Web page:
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The largest corporations dealing with research and development, from drugs and biotechnology to energy and electronics, are spending less on creating new knowledge, according to a new study.

The largest corporations involved in discovery have spent an increasingly large share of their dollars on developing and incentivizing existing knowledge and breakthroughs, according to the paper published in the Strategic Management Journal.

The analysis assesses the spending and investment trends from 1980 to 2006. The scope of the investigation extended to 4,608 ultimate owner companies, which included (in some cases) the largest entities owning subsidiaries.

All were listed in the U.S. annual Compustat database, and all had to have multiple years with positive R&D expenses in the study’s time frame, according to the findings. 

The econometric assessment involved 62,474 firm-year observations over that time frame.

The number of publications and patents, and the total accumulation of each, were assessed. Internal research spending – without outside publication – was also incorporated into the values. Some variables controlled for as part of the statistical context were the corporation’s market value, R&D stock, and the total assets of the entire organization.

The industries spanned from the aforementioned drugs and energy producers, to include telecommunications, machinery equipment and systems (e.g., manufacturing and sales of components and instruments), and electronics and semiconductor development.

The conclusion of the trends: scientific publications per capita declined over the 26 years, and the value placed on scientific discovery was lowered, as well. But the value of patents and technical knowledge that could be leveraged for profits remained stable.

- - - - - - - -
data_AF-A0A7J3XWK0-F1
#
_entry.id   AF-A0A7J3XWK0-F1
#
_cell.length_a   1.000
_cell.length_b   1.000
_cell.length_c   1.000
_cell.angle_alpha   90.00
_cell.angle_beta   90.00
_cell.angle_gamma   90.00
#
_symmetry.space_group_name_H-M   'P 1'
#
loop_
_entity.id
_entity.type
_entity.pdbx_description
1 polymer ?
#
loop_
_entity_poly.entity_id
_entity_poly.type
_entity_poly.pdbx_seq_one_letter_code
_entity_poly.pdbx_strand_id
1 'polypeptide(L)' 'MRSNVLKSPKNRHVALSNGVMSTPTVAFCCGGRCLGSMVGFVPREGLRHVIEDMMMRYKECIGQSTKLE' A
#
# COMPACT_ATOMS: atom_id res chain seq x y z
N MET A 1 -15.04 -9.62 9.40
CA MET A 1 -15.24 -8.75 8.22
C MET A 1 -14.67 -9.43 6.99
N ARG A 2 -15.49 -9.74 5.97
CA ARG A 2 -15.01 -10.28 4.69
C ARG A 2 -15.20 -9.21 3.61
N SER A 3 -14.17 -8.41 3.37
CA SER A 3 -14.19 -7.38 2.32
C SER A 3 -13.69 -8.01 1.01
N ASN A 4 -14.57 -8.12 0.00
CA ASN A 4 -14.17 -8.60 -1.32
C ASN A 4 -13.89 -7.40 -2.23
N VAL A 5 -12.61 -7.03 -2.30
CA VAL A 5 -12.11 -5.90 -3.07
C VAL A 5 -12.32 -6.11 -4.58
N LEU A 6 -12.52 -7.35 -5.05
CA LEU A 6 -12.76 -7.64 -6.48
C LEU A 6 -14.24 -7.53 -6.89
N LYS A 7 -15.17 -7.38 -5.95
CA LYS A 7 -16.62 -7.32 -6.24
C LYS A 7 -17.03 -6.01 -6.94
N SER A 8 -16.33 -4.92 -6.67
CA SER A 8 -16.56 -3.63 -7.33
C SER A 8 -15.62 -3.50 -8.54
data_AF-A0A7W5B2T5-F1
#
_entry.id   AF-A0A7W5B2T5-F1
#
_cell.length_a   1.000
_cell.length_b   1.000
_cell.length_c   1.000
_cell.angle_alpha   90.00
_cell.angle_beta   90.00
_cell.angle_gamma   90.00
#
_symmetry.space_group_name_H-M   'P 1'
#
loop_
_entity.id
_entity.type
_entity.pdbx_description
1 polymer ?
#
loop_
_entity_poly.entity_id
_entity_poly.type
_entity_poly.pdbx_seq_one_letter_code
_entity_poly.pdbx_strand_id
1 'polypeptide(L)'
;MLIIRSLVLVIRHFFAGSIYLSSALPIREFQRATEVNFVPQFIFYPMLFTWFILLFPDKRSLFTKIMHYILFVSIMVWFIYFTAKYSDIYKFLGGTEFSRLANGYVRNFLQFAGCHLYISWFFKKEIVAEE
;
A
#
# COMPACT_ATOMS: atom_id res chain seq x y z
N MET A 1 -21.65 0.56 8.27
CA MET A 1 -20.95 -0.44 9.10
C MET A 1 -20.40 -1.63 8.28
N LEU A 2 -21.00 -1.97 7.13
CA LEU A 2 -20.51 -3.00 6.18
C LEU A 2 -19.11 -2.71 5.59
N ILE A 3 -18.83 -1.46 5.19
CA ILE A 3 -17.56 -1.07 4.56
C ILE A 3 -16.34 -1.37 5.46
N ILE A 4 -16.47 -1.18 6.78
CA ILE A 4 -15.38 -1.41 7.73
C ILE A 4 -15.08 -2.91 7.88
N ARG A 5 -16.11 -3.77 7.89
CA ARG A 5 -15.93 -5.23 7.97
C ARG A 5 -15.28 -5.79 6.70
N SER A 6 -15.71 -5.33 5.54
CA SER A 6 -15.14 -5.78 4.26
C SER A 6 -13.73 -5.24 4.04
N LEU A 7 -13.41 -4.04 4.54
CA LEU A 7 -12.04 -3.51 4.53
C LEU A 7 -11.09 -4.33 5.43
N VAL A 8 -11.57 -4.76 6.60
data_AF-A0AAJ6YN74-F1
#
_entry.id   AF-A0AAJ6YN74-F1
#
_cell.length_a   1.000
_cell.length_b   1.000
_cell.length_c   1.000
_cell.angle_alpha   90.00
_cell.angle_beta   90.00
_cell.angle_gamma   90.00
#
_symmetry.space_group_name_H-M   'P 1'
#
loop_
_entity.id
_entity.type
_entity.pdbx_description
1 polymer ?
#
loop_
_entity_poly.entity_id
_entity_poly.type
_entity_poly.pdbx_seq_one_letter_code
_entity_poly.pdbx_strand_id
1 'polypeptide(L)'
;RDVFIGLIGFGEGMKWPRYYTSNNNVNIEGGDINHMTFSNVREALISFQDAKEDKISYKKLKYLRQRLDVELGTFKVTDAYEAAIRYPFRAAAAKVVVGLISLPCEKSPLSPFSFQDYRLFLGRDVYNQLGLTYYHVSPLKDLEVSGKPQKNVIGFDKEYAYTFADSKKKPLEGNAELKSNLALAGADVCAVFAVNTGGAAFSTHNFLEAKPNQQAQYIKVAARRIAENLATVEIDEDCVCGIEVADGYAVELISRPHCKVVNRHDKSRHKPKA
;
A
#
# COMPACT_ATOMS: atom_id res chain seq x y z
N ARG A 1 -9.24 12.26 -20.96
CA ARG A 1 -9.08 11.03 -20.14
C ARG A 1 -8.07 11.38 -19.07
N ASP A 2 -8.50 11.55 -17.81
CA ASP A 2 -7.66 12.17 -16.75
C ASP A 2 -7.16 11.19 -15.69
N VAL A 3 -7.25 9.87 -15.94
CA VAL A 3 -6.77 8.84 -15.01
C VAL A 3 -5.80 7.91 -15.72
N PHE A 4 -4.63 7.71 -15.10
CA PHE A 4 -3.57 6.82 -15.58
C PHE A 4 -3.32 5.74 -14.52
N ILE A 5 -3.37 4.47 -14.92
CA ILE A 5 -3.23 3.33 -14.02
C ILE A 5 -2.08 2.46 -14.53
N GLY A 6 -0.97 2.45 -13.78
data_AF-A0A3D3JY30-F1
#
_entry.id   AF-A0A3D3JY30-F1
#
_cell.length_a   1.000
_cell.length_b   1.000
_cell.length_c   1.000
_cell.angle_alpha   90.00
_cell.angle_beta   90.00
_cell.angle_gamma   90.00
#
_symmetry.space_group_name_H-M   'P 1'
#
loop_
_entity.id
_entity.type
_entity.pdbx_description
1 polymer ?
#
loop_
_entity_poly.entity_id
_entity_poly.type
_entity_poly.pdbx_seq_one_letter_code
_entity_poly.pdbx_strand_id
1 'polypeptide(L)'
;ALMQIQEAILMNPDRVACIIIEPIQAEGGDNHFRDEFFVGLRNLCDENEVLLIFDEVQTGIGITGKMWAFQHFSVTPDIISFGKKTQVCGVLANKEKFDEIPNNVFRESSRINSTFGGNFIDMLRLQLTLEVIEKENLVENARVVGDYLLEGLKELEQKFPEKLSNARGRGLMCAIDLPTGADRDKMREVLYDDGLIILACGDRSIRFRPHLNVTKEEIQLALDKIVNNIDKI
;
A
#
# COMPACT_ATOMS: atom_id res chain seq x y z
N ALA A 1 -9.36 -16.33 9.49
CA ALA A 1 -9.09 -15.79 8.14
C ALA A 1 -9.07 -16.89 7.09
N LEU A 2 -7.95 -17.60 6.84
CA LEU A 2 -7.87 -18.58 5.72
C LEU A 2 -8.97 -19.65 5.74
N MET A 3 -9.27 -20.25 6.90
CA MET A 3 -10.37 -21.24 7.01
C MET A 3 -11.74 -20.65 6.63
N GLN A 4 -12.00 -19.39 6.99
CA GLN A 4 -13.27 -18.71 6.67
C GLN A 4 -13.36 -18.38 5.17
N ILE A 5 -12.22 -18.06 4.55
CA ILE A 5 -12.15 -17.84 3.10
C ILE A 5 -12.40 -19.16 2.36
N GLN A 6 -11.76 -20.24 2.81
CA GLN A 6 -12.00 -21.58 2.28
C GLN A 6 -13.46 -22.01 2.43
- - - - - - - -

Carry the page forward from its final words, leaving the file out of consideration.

“Large firms still value the golden eggs of science (as reflected in patents), but seem to be increasingly unwilling to invest in the golden goose itself (the internal scientific capabilities,” they conclude.

The lead author of the paper is Ashish Arora, professor of business administration at Duke University. He said in a statement that the need for scientific discovery is as acute as always – but may require assistance from beyond the entities with need to feed profit margins.

“The patents filed by these firms continue to cite the scientific literature at the same rate as before. This implies that a societal value of research has not declined,” Arora said. “We therefore need to investigate why the private value to corporation on engaging in research has declined.

“It also suggest that public support for research may be more valuable than ever,” he added.

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